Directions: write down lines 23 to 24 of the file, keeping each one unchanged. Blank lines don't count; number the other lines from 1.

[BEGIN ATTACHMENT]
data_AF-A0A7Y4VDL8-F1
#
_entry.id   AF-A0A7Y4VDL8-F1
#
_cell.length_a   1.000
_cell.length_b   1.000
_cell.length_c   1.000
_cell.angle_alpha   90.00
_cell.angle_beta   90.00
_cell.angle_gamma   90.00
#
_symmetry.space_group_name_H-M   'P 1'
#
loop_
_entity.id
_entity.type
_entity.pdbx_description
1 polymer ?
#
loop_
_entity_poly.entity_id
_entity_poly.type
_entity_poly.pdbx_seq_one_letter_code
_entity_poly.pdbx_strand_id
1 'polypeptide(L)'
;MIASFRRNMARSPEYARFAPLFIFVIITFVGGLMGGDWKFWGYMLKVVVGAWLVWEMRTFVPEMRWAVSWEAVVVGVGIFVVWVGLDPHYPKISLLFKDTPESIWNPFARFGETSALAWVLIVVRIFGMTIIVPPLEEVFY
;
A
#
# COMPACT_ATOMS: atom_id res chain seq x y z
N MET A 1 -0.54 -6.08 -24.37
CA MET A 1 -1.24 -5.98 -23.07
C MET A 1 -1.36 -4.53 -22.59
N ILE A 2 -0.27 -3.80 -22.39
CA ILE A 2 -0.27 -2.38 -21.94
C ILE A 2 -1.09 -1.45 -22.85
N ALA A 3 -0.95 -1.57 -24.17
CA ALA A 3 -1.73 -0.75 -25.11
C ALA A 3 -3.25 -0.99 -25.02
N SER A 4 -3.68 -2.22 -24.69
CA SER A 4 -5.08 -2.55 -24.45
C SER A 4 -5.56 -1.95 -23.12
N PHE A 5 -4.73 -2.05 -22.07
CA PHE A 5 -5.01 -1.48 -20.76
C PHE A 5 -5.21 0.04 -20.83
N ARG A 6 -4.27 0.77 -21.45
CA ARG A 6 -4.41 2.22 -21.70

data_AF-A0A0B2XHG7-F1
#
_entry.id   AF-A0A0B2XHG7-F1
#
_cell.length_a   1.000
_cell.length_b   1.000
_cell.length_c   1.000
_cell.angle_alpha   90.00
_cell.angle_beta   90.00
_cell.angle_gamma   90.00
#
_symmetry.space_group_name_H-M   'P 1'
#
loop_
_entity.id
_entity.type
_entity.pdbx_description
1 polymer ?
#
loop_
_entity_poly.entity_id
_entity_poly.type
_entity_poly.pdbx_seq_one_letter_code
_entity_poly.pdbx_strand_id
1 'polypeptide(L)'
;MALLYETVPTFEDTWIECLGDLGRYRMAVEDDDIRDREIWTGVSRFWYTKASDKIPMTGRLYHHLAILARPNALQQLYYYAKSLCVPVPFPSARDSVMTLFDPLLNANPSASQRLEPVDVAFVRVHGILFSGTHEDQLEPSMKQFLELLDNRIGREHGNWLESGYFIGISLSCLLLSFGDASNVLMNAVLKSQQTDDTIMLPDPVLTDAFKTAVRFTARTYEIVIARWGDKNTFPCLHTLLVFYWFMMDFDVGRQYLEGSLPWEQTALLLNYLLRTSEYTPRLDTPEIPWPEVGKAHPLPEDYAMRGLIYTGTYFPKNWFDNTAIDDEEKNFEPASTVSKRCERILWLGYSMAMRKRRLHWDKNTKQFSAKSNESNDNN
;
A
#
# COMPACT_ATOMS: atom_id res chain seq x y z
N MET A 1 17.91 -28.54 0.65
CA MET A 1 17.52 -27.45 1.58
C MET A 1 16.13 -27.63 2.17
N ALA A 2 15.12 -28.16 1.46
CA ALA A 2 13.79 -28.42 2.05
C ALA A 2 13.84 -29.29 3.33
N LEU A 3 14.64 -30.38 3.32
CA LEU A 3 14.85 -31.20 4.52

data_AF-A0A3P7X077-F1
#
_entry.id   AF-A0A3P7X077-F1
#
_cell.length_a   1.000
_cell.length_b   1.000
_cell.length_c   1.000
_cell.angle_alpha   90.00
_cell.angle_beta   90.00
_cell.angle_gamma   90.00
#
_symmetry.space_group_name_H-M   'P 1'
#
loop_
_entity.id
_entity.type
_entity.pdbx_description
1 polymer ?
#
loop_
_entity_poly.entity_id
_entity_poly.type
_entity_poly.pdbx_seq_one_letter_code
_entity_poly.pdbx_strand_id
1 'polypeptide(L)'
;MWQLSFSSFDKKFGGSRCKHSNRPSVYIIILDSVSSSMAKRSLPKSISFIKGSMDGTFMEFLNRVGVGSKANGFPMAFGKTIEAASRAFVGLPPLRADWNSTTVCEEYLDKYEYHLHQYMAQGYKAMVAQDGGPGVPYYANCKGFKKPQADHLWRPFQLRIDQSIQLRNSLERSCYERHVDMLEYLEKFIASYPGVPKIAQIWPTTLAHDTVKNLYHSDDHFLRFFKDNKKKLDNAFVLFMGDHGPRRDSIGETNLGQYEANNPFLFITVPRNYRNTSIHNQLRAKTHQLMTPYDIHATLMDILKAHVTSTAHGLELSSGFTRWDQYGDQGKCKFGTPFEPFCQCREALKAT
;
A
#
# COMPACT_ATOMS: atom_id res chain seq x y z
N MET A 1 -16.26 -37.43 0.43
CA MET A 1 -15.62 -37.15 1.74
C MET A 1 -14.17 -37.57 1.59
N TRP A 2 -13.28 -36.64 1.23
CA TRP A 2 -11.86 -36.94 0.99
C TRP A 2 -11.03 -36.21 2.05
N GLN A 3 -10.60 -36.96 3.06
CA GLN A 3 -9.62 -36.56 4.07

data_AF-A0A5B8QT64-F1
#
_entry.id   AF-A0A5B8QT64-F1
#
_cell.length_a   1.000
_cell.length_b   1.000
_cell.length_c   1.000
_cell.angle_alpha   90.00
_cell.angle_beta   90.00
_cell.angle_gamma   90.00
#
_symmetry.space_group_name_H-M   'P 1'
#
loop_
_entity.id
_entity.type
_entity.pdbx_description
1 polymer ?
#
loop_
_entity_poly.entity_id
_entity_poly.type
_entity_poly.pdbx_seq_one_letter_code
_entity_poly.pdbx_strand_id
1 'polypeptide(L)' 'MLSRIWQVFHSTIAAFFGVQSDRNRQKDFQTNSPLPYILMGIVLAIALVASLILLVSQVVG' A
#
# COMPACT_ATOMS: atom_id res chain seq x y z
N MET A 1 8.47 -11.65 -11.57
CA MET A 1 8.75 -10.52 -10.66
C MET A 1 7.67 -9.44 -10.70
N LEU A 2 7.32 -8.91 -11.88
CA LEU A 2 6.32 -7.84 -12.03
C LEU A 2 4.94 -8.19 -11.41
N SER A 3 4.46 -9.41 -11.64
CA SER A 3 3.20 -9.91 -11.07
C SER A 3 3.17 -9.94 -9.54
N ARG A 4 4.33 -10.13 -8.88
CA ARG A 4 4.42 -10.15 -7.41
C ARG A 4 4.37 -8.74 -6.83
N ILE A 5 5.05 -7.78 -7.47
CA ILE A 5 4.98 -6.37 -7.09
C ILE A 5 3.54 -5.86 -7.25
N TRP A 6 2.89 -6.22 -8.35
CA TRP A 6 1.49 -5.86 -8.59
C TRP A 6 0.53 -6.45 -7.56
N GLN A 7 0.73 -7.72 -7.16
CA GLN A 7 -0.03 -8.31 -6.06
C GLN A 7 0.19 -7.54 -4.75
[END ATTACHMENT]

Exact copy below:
_entity_poly.pdbx_seq_one_letter_code
_entity_poly.pdbx_strand_id